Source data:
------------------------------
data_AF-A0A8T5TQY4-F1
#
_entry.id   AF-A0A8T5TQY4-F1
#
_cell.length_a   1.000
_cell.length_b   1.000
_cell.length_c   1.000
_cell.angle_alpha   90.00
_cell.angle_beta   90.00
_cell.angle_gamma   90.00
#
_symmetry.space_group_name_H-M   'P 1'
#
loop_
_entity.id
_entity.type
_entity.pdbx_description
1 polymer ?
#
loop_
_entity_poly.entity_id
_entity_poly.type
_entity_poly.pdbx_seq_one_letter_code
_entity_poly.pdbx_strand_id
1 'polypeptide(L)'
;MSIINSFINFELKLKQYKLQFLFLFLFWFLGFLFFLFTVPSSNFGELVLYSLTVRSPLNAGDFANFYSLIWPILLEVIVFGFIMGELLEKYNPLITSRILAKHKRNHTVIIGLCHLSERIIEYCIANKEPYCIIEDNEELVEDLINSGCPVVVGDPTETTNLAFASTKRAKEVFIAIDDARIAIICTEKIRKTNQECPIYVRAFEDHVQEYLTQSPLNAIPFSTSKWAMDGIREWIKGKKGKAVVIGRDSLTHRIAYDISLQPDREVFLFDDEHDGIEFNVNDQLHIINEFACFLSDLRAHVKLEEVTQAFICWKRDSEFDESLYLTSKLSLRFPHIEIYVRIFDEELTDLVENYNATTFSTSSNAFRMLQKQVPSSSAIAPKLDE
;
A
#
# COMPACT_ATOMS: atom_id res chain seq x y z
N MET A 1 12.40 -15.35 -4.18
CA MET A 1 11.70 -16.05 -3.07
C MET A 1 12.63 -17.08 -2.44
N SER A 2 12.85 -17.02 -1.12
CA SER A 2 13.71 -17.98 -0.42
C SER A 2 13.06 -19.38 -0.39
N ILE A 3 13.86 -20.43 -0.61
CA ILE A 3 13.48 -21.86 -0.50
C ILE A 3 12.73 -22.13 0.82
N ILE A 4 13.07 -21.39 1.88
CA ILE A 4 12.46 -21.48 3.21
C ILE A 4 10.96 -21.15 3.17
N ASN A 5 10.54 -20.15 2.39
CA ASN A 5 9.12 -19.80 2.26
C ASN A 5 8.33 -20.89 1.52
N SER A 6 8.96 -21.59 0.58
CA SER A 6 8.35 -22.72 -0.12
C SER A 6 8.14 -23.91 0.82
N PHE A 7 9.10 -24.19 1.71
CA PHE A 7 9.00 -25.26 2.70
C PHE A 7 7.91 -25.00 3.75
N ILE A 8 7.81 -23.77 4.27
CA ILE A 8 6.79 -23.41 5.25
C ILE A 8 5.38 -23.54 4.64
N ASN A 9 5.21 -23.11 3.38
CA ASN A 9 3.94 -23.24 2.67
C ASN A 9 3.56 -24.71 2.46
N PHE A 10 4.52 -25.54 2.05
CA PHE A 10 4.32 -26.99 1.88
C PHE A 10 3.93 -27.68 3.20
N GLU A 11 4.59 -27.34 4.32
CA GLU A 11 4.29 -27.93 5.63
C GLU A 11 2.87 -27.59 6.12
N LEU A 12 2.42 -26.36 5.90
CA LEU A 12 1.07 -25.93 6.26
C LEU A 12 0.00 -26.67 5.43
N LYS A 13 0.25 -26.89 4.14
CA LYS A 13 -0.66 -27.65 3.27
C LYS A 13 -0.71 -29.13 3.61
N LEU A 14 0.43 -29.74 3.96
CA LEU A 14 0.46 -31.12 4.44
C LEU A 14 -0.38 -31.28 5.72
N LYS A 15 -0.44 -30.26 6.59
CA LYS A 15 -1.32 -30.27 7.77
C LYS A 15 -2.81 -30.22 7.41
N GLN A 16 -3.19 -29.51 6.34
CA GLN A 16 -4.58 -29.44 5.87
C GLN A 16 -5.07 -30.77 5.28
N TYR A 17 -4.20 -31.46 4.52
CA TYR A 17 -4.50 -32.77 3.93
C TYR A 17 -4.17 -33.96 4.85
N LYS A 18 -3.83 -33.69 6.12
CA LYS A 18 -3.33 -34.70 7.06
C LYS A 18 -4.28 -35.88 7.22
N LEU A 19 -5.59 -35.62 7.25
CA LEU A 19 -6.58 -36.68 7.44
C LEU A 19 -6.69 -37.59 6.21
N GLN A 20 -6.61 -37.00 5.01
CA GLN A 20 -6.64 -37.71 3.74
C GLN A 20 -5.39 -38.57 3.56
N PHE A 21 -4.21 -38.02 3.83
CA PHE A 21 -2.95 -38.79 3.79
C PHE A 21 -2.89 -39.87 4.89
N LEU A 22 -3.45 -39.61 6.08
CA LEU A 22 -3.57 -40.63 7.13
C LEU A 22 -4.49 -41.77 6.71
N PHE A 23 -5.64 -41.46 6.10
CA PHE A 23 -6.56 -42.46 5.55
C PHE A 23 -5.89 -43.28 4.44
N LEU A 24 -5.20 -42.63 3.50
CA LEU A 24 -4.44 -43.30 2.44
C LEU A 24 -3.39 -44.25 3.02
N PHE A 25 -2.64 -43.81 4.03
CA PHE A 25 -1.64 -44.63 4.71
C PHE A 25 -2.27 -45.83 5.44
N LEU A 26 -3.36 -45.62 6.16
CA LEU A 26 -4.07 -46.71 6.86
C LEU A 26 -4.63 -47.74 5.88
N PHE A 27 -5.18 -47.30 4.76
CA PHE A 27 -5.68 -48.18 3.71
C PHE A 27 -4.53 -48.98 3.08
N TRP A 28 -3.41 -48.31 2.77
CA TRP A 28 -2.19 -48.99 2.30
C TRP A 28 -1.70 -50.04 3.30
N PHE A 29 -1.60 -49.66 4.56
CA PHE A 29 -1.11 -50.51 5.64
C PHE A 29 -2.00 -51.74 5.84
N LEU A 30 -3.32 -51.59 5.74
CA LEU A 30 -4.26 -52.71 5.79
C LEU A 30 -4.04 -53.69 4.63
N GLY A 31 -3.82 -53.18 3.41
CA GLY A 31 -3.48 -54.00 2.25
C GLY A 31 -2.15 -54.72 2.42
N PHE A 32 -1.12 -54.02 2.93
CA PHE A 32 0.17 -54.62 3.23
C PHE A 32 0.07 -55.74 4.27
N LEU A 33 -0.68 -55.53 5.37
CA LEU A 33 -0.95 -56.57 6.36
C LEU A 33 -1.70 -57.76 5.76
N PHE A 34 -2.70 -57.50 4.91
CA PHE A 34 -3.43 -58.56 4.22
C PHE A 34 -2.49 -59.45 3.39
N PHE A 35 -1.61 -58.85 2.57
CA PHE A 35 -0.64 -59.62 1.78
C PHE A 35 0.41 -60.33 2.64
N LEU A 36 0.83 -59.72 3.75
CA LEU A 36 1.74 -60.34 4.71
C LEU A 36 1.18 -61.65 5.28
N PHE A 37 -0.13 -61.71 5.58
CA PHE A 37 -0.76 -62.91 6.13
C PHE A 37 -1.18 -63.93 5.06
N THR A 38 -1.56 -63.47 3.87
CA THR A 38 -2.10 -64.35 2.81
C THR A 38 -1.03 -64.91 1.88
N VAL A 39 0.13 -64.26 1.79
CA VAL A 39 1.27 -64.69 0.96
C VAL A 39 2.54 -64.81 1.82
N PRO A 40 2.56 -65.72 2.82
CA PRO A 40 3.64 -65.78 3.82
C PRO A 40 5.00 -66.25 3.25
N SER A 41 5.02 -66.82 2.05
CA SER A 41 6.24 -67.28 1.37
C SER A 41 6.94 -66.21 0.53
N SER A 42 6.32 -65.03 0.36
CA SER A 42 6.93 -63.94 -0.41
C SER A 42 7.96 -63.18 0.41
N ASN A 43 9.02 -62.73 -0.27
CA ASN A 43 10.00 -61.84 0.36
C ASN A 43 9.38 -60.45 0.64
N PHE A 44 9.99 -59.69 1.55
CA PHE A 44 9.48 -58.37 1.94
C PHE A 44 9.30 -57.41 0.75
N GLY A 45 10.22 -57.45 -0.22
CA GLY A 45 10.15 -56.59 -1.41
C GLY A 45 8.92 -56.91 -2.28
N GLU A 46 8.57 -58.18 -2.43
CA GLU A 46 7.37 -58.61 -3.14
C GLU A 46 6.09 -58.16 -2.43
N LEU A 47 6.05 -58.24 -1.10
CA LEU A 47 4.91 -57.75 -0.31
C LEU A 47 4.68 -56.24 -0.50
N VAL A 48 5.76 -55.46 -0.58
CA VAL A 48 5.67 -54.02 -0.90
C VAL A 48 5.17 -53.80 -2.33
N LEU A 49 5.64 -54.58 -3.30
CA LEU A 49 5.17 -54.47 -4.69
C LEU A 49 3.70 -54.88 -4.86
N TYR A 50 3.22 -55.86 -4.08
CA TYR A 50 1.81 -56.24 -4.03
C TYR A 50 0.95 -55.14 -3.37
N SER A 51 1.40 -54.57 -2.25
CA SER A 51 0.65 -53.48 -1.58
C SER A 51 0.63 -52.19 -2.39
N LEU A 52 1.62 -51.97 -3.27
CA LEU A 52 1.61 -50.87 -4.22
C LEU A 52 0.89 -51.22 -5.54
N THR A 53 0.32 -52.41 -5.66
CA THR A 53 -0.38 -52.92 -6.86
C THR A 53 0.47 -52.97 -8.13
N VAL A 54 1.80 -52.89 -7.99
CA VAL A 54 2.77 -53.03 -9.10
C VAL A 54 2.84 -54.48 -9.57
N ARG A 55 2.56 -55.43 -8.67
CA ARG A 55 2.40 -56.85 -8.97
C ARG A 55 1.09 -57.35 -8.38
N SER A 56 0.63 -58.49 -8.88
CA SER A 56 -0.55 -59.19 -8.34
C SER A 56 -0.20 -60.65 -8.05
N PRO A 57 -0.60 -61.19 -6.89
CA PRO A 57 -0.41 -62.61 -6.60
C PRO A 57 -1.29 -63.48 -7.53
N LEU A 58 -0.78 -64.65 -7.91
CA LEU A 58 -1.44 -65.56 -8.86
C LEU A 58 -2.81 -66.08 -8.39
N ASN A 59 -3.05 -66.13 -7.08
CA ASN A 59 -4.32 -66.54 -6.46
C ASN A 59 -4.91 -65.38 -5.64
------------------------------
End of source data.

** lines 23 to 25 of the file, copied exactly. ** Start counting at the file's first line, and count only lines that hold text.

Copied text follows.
_entity_poly.pdbx_seq_one_letter_code
_entity_poly.pdbx_strand_id
1 'polypeptide(L)'